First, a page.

Education Restoration Preservation

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Recent posts:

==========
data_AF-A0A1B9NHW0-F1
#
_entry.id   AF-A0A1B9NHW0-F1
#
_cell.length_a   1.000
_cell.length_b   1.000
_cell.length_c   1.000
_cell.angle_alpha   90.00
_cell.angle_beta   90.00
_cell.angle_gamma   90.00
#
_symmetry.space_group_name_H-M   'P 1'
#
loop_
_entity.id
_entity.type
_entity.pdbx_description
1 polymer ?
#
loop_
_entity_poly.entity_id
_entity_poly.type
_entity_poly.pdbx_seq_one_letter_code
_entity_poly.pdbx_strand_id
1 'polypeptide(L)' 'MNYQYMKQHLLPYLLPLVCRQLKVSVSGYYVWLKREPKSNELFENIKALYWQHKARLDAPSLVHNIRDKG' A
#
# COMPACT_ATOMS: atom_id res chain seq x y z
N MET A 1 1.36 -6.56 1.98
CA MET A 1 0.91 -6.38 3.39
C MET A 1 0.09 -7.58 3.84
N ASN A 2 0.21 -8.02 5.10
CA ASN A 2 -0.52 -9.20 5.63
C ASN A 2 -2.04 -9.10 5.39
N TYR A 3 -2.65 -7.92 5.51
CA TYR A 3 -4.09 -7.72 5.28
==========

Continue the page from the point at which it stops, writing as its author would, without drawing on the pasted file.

Anders Christensen Receives Preservation Alliance of Minnesota Executive Director’s Award Anders Christensen’s Remarks on Receiving Preservation Alliance of Minnesota Award Healy Project Fundraiser at the Lowbrow, May 7th Winter Party Fundraiser December 2017 Talk: Preservation Advocacy, August 17th Open House at 1300 Mount Curve Avenue East Lake of the Isles Walking Tour May 21st New Research on the “Lost” Healy Block: Tour May 7th A Presentation on Master Builders Ingham and Parsons, Saturday, March 18th. Healy Project Winter Party Henry Ingham’s Yorkshire Healy Project Fundraiser at the Lowbrow, May 9th Healy Block Historic District Tour: April 17th Healy Project Holiday Old House Reception CANCELED–Healy Block Historic District Walking Tour–November 8 More Hauntings: Houses Built by Henry Ingham Healy House Hauntings Tour Intro to the History of the North Wedge North Wedge Architectural Walking Tour, October 3rd Healy Phoenix #2 Healy Phoenix #1 Report on the Event: A Great Dinner for a Good Cause A Child’s View of T.P. Healy’s Family Big Win for Healy Block Residents: Revised I-35W Expansion Plan T.P. Healy: Farmer, Commission Merchant & Wholesale Grocer in Nova Scotia Open April 25th: Restored 1885 House in Wedge Learn from the Past, Learn from the Present Grandstanding and Stonewalling at City Hall: Trashing the Public Trust Orth House Demolition An Open Letter to Minneapolis City Council Regarding the Orth House Demolition The Truth Will Out II: More Lies That Brought Down 2320 Colfax Avenue South The Truth Will Out: Lies that Brought Down 2320 Colfax Avenue South Judge Denies Injunction against Wrecking 2320 Colfax Avenue South Poisoning the Well: Testimony about 2320 Colfax Avenue South “City Ghosts” Visit Victorian House Historic North Wedge Walking Tour: Sunday, September 7th Combining New and Old: A New Vision for the Orth House A Place That Matters Healy Project Files Suit to Stop Demolition of the Orth House Happy Earth Day, Zero-Credibility City of Minneapolis Stop Demolition: Allow a designation study for the Orth House Perverting New Urbanism II: Greenwashing Demolition Perverting New Urbanism for Fun and Profit Size Matters: Development at Franklin-Lyndale DEN$ITY: Building Utopia in Gopher City Hypocrisy at City Hall: Planning Department Scorns Sustainable Development Déjà Vu All Over Again: Threats to Healy Houses Renewed Healy Project Special Kickoff Tour Saving Private Houses In Landmark Decision, City Council Stops Demolition of 2320 Colfax Avenue South What’s the Greenest Building? Who Lives in Lowry Hill East? Revoltin’ Developments VI: What You Can Do Revoltin’ Developments V: Sappy Citizens and Maudlin Attachments Revoltin’ Developments IV: Density and City Planning Revoltin’ Developments III: Density and Livability Revoltin’ Developments II: Healy Houses in the Wedge Revoltin’ Developments, Part I Healy Descendant Acquires the Bennett-McBride House On Memorial Day Lost Healys on the Healy Block More Lost Healys The Broom House: 3111 Second Avenue South More on Round Hill Happy Birthday, T.P. The Edmund G. Babbidge House: 3120 Third Avenue South Brightening the Corner: 3101 Second Avenue South 2936 Portland Avenue The Andrew H. Adams House: 3107 Second Avenue South Clones: 2932 Park and 1425 Dupont North The J.B. Hudson House: 3127 Second Avenue South Second Healy Family Home: 3131 Second Avenue South Schlocked: ‎2639-41 Bryant Avenue South 1976 Sheridan Avenue South: Preserved Exterior The William L. Summer House, 3145 Second Avenue South Two More in the Wedge Weapon of Mass Healy Destruction: I-35W Construction The Third: Healy Builds in the Wedge The Second: 3139 Second Avenue South Healy’s First House: 3137 Second Avenue South Anders Christensen, T.P.Healy, and the Healy Project